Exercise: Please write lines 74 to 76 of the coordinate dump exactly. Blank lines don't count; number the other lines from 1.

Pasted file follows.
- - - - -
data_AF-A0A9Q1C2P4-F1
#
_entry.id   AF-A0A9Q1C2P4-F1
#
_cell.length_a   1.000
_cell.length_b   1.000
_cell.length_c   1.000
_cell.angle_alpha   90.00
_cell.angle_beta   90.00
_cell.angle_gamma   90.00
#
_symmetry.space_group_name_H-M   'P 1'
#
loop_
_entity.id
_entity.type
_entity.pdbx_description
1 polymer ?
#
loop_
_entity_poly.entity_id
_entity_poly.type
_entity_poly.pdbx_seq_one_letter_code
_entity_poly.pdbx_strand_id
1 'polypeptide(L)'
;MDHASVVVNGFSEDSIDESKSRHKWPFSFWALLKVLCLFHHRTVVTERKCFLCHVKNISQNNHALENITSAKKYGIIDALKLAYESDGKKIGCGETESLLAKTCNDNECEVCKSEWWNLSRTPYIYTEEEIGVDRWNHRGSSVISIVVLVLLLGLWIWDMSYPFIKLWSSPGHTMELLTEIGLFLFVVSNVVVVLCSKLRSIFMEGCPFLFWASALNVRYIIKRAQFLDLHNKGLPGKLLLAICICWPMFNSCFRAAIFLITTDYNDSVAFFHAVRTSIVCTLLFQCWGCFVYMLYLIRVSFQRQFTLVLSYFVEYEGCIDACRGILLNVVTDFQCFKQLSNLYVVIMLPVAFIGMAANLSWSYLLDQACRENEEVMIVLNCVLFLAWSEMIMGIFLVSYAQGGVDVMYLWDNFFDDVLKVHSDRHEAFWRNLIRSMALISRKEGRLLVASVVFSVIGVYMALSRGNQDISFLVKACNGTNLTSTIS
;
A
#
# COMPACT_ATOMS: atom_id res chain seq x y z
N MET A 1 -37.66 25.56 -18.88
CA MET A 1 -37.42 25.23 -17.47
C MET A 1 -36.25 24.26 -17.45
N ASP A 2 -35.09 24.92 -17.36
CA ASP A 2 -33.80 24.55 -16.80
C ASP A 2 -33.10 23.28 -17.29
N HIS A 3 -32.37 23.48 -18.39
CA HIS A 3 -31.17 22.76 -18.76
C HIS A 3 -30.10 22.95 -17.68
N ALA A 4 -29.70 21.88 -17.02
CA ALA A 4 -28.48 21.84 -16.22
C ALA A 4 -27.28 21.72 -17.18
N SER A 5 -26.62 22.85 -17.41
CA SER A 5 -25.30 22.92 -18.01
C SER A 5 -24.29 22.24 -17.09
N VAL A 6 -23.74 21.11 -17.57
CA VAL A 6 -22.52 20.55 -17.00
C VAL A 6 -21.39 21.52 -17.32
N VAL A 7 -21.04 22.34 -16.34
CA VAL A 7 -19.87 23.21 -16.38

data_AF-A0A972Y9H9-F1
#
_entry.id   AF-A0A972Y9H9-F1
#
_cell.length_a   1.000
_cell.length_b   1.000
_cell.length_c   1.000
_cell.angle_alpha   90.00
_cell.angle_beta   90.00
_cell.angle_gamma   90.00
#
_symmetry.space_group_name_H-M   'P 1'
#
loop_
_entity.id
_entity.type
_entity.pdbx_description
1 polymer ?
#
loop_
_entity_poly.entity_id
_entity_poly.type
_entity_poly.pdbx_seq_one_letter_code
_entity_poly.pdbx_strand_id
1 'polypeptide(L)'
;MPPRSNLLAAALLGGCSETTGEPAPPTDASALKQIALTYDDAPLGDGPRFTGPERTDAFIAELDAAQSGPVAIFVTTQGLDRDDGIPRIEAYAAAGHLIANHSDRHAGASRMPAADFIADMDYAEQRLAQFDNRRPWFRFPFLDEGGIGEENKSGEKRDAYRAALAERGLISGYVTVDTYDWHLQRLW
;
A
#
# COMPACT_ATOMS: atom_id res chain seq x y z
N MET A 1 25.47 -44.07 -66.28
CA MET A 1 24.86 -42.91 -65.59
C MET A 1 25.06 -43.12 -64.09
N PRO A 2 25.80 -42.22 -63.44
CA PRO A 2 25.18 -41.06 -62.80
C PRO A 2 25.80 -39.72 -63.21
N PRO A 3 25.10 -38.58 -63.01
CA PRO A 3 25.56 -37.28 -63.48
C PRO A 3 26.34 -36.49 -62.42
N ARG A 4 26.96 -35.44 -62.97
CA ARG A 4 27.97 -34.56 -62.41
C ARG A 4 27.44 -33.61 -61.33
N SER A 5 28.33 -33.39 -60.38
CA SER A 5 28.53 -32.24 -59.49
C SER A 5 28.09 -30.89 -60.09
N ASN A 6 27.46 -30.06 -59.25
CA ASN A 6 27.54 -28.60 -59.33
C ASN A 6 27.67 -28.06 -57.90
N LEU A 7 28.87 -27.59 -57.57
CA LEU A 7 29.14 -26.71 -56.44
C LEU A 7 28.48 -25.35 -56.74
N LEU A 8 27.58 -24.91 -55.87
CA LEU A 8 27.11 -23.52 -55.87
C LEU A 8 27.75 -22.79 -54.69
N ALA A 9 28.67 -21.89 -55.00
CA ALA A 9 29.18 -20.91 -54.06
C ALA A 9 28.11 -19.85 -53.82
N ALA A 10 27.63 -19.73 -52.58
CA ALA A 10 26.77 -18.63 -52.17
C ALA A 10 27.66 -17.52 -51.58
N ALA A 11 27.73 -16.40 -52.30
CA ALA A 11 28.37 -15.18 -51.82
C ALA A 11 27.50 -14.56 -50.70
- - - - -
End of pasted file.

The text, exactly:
_entity_poly.pdbx_strand_id
1 'polypeptide(L)'
;MPPRSNLLAAALLGGCSETTGEPAPPTDASALKQIALTYDDAPLGDGPRFTGPERTDAFIAELDAAQSGPVAIFVTTQGLDRDDGIPRIEAYAAAGHLIANHSDRHAGASRMPAADFIADMDYAEQRLAQFDNRRPWFRFPFLDEGGIGEENKSGEKRDAYRAALAERGLISGYVTVDTYDWHLQRLW